Film screening, “The Janes” reminds viewers of pre-Roe v. Wade times

A+documentary+titled%2C+%E2%80%9CThe+Janes%E2%80%9D+was+screened+for+students+and+faculty+at+Winona+State+University+on+Jan.+23%2C+2023.+The+film+centers+around+life+before+Roe+v.+Wade+and+takes+a+deep-dive+on+the+steps+women+took+to+fight+for+their+rights.+Jessica+Weis%2C+Co-President+of+WSU+Students+for+Reproductive+Justice%2C+worked+along+side+the+Women%E2%80%99s+Gender+and+Sexuality+Studies+department+and+the+History+Department+to+host+this+event+in+the+Science+Laboratory+Center.+

Elly Herrick

A documentary titled, “The Janes” was screened for students and faculty at Winona State University on Jan. 23, 2023. The film centers around life before Roe v. Wade and takes a deep-dive on the steps women took to fight for their rights. Jessica Weis, Co-President of WSU Students for Reproductive Justice, worked along side the Women’s Gender and Sexuality Studies department and the History Department to host this event in the Science Laboratory Center.

Elly Herrick, Features Reporter

“I had no other options. I wanted it over with, and I didn’t care how it was done. I was that desperate.”

These were the first few sentences in the Documentary “The Janes” which played in Winona State University’s Science Laboratory Center on Jan. 23, 2023. 

Almost a year before then, “The Janes” was released on HBO Max on Jan. 24, 2022. The documentary follows a pre-Roe v. Wade time in the 1960s and early 70s where a group of women joined together to create an underground network called ‘Jane’ for women with unwanted pregnancies. They provided this low-cost and free illegal abortions to around 11,000 women.

“I was surprised at the generosity in the women’s hearts to do the services for free or whatever women could afford,” fourth-year student Jessica Weis said. “What those women did changed the lives of so many individuals.”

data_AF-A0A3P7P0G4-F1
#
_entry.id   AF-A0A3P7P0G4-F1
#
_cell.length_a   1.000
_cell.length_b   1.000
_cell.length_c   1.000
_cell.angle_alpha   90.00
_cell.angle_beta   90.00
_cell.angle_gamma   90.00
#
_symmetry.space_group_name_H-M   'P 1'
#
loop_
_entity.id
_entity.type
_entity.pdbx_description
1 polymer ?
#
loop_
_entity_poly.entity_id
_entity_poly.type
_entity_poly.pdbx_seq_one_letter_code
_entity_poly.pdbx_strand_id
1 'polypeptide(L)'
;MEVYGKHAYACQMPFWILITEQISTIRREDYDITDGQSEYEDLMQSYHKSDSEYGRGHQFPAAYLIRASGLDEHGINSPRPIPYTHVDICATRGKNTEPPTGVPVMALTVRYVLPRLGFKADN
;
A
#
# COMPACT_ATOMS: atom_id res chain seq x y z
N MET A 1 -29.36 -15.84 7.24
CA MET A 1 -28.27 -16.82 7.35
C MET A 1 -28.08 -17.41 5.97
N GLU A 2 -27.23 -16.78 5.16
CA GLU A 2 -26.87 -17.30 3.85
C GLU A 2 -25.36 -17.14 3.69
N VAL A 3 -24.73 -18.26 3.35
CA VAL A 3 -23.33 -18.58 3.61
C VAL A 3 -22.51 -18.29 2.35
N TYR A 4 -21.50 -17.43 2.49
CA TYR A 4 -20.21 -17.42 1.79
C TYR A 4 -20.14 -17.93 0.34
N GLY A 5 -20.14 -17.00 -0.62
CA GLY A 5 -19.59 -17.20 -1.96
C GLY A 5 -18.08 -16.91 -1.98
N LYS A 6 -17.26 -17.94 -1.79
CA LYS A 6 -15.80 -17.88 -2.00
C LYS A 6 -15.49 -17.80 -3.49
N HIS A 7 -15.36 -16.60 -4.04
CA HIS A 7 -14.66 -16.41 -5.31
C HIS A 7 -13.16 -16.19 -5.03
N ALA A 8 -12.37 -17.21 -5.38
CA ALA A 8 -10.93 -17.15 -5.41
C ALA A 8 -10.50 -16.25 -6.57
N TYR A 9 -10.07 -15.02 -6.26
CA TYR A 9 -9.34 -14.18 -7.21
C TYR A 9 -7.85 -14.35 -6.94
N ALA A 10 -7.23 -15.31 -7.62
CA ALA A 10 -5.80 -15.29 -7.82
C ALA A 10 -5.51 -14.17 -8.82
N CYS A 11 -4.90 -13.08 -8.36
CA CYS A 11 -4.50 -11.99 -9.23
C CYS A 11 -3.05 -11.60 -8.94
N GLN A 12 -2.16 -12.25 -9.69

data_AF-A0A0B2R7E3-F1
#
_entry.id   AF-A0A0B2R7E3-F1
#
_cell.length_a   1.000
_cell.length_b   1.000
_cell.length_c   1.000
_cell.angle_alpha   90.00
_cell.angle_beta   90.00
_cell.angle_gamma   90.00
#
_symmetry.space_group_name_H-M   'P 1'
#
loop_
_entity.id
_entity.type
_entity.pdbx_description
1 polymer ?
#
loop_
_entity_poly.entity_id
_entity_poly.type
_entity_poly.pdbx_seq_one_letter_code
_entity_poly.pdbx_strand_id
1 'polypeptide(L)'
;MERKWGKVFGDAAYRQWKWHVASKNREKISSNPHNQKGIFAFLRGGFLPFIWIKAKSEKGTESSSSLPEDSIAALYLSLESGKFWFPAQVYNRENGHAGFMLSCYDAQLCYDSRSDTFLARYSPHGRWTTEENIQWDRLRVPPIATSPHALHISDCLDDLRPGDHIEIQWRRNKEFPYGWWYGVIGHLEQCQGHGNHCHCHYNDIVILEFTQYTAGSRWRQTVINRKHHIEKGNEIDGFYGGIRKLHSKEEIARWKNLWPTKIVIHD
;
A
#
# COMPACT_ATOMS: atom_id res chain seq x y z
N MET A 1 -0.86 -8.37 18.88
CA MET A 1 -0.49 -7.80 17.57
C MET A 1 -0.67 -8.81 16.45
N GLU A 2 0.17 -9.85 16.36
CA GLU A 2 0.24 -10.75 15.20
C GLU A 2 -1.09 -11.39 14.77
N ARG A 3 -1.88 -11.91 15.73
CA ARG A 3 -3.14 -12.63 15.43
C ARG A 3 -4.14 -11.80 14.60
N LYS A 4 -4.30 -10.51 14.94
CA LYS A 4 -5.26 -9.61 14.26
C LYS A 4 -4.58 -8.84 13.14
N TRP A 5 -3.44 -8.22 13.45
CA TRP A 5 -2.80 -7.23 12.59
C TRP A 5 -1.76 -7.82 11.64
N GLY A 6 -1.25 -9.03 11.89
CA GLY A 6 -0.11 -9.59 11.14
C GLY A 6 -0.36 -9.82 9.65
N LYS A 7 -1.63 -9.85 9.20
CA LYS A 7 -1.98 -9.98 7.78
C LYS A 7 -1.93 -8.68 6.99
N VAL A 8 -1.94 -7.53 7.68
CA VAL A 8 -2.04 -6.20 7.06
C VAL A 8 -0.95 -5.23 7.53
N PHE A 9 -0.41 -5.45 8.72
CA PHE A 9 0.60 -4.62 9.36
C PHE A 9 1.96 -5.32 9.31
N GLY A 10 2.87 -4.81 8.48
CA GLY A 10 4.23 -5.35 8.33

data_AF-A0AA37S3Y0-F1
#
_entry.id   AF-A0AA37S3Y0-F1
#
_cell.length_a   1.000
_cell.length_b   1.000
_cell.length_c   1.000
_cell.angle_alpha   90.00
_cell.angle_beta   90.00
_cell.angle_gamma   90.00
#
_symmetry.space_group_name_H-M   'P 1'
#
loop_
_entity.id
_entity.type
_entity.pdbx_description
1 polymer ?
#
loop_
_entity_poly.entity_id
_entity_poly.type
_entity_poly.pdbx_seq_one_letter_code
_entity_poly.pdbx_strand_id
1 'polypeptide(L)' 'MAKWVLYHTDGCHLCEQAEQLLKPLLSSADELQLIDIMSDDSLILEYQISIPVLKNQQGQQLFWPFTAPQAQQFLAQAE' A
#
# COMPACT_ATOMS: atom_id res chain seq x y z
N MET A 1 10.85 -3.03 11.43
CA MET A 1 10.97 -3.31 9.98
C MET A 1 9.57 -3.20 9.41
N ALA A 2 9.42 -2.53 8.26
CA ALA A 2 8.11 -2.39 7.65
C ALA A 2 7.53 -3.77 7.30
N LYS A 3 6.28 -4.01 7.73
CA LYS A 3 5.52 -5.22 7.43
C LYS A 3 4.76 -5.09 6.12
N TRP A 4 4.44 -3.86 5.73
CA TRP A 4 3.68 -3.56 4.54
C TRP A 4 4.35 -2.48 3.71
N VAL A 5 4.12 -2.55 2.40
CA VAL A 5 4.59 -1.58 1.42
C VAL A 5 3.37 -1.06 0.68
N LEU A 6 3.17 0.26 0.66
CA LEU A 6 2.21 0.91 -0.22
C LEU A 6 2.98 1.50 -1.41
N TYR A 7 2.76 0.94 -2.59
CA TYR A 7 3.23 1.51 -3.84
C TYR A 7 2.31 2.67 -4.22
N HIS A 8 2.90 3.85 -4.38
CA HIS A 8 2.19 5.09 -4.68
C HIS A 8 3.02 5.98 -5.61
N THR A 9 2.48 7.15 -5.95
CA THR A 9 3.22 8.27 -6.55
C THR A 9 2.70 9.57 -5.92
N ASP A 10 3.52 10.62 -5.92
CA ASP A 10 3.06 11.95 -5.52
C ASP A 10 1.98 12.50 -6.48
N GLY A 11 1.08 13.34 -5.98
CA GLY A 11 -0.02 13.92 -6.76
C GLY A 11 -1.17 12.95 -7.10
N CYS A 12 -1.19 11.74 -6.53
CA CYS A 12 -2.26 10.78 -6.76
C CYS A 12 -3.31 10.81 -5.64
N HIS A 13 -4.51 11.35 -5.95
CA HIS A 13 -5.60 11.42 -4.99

Weis is the Co-President of WSU Students for Reproductive Justice. Weis worked closely with the Women’s Gender and Sexuality Studies department and the History Department to make this event a reality. Weis also credits Women’s Gender & Sexuality Studies professor Dr. Klinker and History professor Dr. Hyman for making this event possible. The Frozen River Film Festival as well as the Students for Reproductive Justice worked to make this event possible.

“This film is very relevant. [It] details what life was like before Roe v. Wade,” Weis said. “It inspires us to continue to build community and to do what it takes to maintain our bodily autonomy- despite others including the government tells us.”

Before the screening, students and community were greeted by cake with the words ‘Smash Patriarchy’ written in purple frosting and a long table filled with free books about women, intersexuality, racism and much more. 

“There is power in mutual aid and community.” Weis said. “Any fight for bodily autonomy is a valid and important one.”

Before the screening, papers were passed out to the audience about resources and ways to support the TakeAction MN group. This multi-racial, multi-generational and gender affirming group is working together to ‘build power for a government and economy that works for all of us.”

Cassidy Vogel (left) and Jessica Weis (right) representing the Reproductive Justice Club of WSU as treasurer and president respectively. Along with a film screening, the event provided cake and free books about women, intersexuality, and racism.
(Elly Herrick)

Third-year psychology student Jordan Becvar came to the screening to educate herself on Roe V. Wade and was not expecting to be impacted the way she was after the screening,

“‘The Janes’ painted a really clear and solid picture of what will happen if we go back [to the pre-Roe v. Wade era],” Becvar said. “It makes me scared that people will start to do that again because they have no other option.”

Director of “The Janes”, Tia Lessin, commented in a Cornell article that she wanted to make this film because she wanted others, especially women, to understand “what it looks like when women are criminalized for getting basic health care.” 

“It’s important to me that [the film] didn’t hold back, it showed everything that these people were doing to themselves and that there was a group who stood up to those laws,” Becvar said. “It’s very important to see that and believe that it’s now our turn to stand up for these women.”

Walking home from the event, a thought in minds like Becvar were “do we have to do it all over again?”